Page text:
Cobras are a species of snake included in the Elapidae family, and like other venomous snakes in this family, are also known as Elapids. A cobra has a hood around its head that it "spreads" while hissing and rising into a threatening posture.
It has only two natural predators: mongoose and humans. Because cobras have short fangs, they sometimes strike their prey numerous times in an effort to release enough venom to kill quickly.
The King Cobra life cycle is similar to that of other snakes with a few specifics that are unique to this species.
King Cobra Life Cycle Begins: Mating
Female cobras typically mate with several males, resulting in a longer-than-usual mating season. It begins when the mature female leaves trails of her pheromones to attract mature males. The males of most cobra species perform elaborate dances in order to win the female over from their competition; the largest male is often the victor.
Once mating begins, the male uses his head to rub the female’s underside in order to stimulate her. He has two reproductive organs and uses them both to deposit sperm in the female’s oviduct, which is the tube through which her eggs pass when she lays them.
Females lay one clutch of 12 to 60 eggs per year approximately 9 weeks after mating. The ovary releases the unfertilized eggs through the oviduct where the stored sperm fertilizes them before they exit. The King Cobra will make a nest of leaves for her clutch, which she’ll then cover with leaves and lay on top of to incubate.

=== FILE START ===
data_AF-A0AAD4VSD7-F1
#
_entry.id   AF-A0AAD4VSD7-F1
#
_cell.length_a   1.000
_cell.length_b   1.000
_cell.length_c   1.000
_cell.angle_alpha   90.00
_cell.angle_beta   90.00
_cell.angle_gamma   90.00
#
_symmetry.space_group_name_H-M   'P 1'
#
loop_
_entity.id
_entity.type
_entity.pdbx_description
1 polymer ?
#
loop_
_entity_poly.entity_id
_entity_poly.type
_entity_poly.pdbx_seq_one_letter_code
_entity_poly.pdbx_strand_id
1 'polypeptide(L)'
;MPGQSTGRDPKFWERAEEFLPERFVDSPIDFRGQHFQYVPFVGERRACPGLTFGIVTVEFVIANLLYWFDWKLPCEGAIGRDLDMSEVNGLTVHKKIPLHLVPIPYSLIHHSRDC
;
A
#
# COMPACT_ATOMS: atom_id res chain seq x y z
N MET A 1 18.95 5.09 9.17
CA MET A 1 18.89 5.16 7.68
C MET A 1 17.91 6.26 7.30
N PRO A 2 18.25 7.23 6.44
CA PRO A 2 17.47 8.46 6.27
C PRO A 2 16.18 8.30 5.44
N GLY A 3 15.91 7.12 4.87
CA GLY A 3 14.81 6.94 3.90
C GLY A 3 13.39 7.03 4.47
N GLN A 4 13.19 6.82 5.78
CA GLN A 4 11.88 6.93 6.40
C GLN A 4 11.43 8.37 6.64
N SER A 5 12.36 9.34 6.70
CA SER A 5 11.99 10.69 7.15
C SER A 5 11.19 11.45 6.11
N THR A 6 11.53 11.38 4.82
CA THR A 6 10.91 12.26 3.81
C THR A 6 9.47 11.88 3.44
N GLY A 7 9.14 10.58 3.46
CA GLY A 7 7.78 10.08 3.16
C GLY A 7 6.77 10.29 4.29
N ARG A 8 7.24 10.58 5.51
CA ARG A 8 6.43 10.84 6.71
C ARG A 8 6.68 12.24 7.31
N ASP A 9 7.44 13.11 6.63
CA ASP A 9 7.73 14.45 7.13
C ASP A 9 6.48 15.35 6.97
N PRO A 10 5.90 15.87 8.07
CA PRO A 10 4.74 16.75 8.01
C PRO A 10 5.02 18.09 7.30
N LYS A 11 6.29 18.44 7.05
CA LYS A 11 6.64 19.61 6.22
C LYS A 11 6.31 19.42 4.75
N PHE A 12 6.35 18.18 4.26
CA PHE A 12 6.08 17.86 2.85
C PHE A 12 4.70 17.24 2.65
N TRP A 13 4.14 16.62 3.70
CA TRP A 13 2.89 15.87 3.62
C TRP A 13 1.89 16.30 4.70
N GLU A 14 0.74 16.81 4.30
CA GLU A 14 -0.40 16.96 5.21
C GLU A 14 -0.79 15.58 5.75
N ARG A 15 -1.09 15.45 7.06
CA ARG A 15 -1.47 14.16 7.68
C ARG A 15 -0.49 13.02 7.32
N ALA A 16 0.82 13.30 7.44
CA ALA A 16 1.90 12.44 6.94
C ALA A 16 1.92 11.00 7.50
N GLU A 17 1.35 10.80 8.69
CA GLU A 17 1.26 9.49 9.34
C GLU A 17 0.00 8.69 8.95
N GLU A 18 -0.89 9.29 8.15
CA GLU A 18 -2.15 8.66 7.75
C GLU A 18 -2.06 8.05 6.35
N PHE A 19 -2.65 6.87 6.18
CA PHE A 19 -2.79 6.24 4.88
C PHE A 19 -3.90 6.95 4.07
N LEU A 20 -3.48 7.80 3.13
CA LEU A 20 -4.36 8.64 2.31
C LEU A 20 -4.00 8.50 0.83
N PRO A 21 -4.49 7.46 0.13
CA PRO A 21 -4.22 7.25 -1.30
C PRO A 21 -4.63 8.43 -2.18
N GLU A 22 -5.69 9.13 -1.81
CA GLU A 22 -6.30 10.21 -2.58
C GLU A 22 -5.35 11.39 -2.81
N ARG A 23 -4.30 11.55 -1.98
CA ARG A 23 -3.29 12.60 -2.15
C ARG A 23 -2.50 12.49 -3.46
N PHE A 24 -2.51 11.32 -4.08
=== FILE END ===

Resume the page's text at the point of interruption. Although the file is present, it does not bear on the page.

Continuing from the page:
Some cobras lay their eggs in ground holes or under a natural cover, such as a rock. The females guard their clutch for almost the entire 45 to 80 day period of incubation, vibrating their bodies to generate heat. They leave the nest just before the King Cobra babies hatch.
King Cobra Babies: Hatchlings
Like nearly all baby snakes, King Cobra babies are called hatchlings because they hatch from eggs; the small percentage of snakes birthed live aren’t known as hatchlings. Cobra hatchlings’ initial size depends on their species, but the average hatchling is about 16 to 18 inches long.
A cobra egg has an unusually large yolk, part of which becomes a yolk sac in the hatchling’s stomach and provides it with a two-week supply of nourishment in case it has trouble finding food immediately. According to the San Diego Zoo, a “hatchling is able to take care of itself from the start and can spread its hood and strike on the same day it hatches.”
Cobras reach the peak of the King Cobra life cycle, aka maturity, between 4 and 6 years of age. The average male grows anywhere from 3 to 7 feet in length, but the large king cobra can grow as long as 18.5 feet. Depending on the species, a cobra might weigh as much as 20 pounds. They’re venomous rather than poisonous, meaning a mongoose or human can eat them; only their fangs contain venom.
A mature cobra can administer enough venom in one bite to kill an elephant, but their prey mainly includes rabbits, mice, rats, birds, eggs and other snakes. Mature cobras have a slow metabolism, which means they can live for days or months without a meal.
King Cobra Lifespan
Cobras are intelligent and tend to learn quickly, which partially accounts for their long lifespan. The King Cobra lifespan is up to 30 years. For cobras that don’t succumb to illness or other life-ending dangers in the wild, the average lifespan is 20 years.
About the Author
Based just outside Chicago, Meg Campbell has worked in the fitness industry since 1997. She’s been writing health-related articles since 2010, focusing primarily on diet and nutrition. Campbell divides her time between her hometown and Buenos Aires, Argentina.
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